Miles of magnificent beaches greet you at Southport, a pretty coastal resort where you can kite surf, climb sand dunes, stroll along its historic pier or follow one of the town’s historic trails. Take a trip to Crosby Beach, which is home to Anthony Gormley’s art installation Another Place, 100 iron men standing looking out to sea. The area is also part of the UK’s ‘golfing capital’ – tee off at the prestigious Royal Birkdale Golf Club in Southport or travel 15 minutes’ from town to several more championship courses.

 

Chester, Cheshire
Wherever you walk in Chester, you can feel its rich history pulsating through its buildings, its city walls – the most complete city walls remaining in the UK – and its attractions. Here you can visit Britain’s largest Roman amphitheatre, walk through 700 years of history while shopping in the Rows galleries, enjoy race days at Britain’s oldest racecourse and visit one of Britain’s largest zoos, Chester Zoo, where you can meet 21,000 animals and experience its passion for conservation.

 

Peak District, Derbyshire

The nearest part of the picturesque Peak District National Park to Manchester is packed with dramatic landscapes of high moorland plateaus – travel further south in the park to discover a diverse landscape of hills and dales – which makes for great walking territory. The Peak District is also home to charming villages and attractive market towns and, if you travel just 90 minutes from Manchester, you can visit some of the loveliest stately homes in the country, such as the grand Tudor Haddon Hall and Chatsworth House; when the house reopened in March the wraps came off a major long-term, £32.7 million restoration programme.

 

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Hebden Bridge, West Yorkshire, for its creative vibe generated from the influence of writers and artists, cute galleries and independent shops, all set near valleys and heather moorland. Come for the summer’s Hebden Bridge Arts Festival.

Tatton Park, Cheshire, for its neo-classical mansion, 1,000 acres of deer park, collection of fine art, as well as walks through the huge gardens, plus the many events held here every year. Come in July for its Food Festival and RHS Flower Show. 

Blackpool, Lancashire, for its traditional English seaside resort attractions, the stunning Blackpool Illuminations and the iconic Blackpool Tower. Come this summer as the town celebrates the 250th anniversary of the circus with a series of special events.

Lake District National Park, Cumbria, for the sheer beauty of its landscapes. Parts are reachable from Manchester within 60-90 minutes so is still manageable for a day trip. Explore the lovely town of Kendal in the south of the Lake District National Park, before heading for a walk on the shores of Lake Windermere, the largest natural lake in England and just nine miles from Kendal.

Five incredible festivals in South West England

While South West England is known for its natural, rugged beauty, the region also hosts a whole variety of events and festivals throughout the summer. Although your mind may immediately consider the world-famous Glastonbury Festival or the Eden Project, the world’s largest indoor rainforest, there are plenty of offbeat, cool festivals that make the southwest the place to be this year. From balloon festivals, to discovering the next Banksy at a street art festival, right through to an award-winning music festival in the pretty Cotswold Hills, it is an area of Great Britain that may really surprise you.

 

Bristol Balloon Festival

Bristol, Thu 9th – Sun 12th August

Attracting spectators from all over the world, the Bristol Balloon Fiesta is Europe’s largest meeting of hot air balloons. A free annual event, it kicks off with the Afternoon Lift where you can watch the hot air balloons take flight, before it ends with a spectacular scene of glowing balloons and a fireworks finale.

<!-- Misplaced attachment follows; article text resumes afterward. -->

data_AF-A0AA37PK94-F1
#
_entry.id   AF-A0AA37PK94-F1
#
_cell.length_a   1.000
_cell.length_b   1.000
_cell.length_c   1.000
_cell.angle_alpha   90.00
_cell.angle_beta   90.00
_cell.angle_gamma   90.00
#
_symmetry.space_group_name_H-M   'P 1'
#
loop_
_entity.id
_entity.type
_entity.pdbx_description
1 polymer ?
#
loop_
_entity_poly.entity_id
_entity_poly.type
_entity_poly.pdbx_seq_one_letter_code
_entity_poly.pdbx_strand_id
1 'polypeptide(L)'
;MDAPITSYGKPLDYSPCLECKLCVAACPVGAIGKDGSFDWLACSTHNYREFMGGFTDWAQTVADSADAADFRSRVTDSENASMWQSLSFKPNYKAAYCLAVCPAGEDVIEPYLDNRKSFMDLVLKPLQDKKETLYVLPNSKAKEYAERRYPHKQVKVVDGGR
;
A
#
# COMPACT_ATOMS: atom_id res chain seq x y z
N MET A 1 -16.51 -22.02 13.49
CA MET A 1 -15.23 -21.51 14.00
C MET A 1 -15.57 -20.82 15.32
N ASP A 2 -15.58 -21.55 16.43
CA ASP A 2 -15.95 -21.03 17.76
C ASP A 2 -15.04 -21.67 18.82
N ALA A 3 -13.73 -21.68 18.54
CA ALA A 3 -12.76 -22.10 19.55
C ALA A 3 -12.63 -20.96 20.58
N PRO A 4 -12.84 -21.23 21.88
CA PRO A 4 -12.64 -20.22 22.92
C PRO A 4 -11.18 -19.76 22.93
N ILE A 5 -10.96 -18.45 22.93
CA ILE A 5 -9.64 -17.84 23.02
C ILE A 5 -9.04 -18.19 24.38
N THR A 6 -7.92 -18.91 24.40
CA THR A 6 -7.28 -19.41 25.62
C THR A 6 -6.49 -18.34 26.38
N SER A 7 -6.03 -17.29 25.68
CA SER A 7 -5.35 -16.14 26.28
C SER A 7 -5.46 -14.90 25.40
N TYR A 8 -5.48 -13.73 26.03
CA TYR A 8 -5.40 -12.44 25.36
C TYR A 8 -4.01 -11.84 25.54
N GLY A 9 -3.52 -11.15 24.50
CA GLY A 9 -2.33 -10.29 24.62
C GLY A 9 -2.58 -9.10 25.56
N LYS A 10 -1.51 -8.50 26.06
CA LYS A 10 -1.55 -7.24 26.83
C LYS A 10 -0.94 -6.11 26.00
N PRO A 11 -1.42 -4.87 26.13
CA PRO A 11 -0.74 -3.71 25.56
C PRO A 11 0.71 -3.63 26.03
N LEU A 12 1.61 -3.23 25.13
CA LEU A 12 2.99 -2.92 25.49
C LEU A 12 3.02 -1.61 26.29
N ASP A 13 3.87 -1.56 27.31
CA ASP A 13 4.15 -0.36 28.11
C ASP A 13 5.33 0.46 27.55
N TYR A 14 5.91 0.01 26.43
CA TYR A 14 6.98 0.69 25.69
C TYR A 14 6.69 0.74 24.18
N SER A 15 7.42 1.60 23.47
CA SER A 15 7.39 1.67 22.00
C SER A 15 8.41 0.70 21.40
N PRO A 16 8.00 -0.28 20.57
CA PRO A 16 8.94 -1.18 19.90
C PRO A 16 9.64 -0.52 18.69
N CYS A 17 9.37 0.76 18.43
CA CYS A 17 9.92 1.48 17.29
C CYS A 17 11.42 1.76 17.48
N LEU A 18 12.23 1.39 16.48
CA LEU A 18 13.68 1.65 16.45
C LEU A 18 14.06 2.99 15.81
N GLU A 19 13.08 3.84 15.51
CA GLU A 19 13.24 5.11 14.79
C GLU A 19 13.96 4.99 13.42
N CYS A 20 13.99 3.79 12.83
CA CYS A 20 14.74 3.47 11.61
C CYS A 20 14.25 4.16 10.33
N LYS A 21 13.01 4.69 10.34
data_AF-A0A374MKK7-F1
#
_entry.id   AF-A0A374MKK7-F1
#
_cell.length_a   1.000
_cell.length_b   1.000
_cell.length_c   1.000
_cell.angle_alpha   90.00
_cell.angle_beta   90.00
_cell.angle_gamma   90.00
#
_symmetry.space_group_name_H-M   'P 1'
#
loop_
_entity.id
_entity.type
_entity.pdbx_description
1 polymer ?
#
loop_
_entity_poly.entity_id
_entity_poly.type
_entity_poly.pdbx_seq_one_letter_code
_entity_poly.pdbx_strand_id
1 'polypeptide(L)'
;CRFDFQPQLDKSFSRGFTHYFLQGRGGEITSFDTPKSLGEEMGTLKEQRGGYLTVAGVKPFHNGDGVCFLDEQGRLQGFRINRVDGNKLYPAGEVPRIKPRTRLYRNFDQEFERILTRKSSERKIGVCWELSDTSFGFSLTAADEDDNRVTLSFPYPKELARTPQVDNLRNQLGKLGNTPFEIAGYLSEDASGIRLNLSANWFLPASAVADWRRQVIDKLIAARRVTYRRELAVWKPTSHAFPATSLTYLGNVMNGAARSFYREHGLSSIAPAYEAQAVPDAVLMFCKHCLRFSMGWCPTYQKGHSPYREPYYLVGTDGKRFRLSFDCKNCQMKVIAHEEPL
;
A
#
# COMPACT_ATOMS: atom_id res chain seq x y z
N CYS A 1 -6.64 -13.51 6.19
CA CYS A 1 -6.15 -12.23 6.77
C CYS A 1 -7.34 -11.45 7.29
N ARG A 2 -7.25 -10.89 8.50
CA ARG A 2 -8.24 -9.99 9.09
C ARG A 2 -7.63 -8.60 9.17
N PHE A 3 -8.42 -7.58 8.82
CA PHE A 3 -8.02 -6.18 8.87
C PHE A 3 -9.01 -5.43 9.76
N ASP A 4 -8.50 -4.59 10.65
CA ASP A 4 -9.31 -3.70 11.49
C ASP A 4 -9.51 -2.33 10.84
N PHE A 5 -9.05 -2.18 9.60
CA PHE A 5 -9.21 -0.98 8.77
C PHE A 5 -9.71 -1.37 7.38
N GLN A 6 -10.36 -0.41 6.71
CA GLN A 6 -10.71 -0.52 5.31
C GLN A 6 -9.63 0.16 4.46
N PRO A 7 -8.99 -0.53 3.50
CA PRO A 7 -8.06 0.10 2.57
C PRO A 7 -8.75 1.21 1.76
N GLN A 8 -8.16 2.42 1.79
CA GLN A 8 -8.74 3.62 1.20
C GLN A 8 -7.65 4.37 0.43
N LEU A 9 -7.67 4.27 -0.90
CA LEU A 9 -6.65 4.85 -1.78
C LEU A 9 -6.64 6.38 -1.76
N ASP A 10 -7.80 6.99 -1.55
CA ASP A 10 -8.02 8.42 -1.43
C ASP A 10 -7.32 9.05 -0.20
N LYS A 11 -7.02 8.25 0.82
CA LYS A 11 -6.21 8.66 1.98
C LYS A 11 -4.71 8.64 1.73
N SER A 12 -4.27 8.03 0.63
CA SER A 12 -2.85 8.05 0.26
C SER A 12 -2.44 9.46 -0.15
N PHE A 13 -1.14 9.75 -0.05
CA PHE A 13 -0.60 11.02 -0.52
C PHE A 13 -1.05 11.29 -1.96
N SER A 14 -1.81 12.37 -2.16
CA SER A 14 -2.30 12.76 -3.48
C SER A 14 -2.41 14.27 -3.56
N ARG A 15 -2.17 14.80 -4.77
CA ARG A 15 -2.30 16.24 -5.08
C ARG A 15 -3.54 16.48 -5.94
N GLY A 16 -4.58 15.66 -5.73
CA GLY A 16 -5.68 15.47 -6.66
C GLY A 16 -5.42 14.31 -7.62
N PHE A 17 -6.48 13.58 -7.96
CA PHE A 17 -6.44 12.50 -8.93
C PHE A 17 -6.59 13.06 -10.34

Ötillö Swimrun World Qualifiers

Isles of Scilly, Sat 9th June

Home to a mere 2,200 people, the Isles of Scilly are made up of five main islands, plus another hundred-or-so uninhabited ones. Each year, the islands play host to a fantastic range of activities and events, such as art and folk festivals, as well as an exciting swimming challenge. On Saturday 9th June, more than 100 teams will compete in the Ötillö Swimrun World Qualifiers, a 45-kilometre endurance race consisting of open-water swimming, trail running and scrambling. Participants will compete for eight spots in the World Championships held later in the year.

 

Pommery Dorset Seafood Festival 

Dorset, Sat 14th – Sun 15th July

Historic Weymouth harbour is the place to be in July when over 100 stalls open to showcase some of the most delicious, responsibly sourced seafood in the world at the Pommery Dorset Seafood Festival. Alongside demonstrations by such culinary legends as the ‘Broil King’, chef Dave Hunter, there will be plenty of opportunities to dine on cockles, mussels and more, accompanied by a chilled glass of Pommery Champagne.

 

Upfest – The Urban Paint Festival

Bristol, Sat 28th – Mon 30th July

Upfest, Europe’s largest street art and graffiti festival, is held annually and attracts around 50,000 art-loving visitors to Bristol, home of the celebrated, but elusive street artist Banksy. 2018 marks the festival’s tenth anniversary with 1,000 applicants hoping to showcase their unique street art at the event.

 

2,000 Trees Festival 

Cotswolds, Thu 12th – Sun 14th July

A magical music festival for those seeking something a little unusual, the 2,000 Trees Festval pitches up every July at beautiful Upcote Farm in the Cotswold Hills, Gloucestershire. It’s the brainchild of a group of friends who wanted to offer festivalgoers affordable tickets to see their favourite bands – weekend tickets cost £115. The organisers have won countless awards for creating a diverse, exciting event, which features over 80 musical acts in an ethereal woodland music setting. Click here to discover this year’s line-up.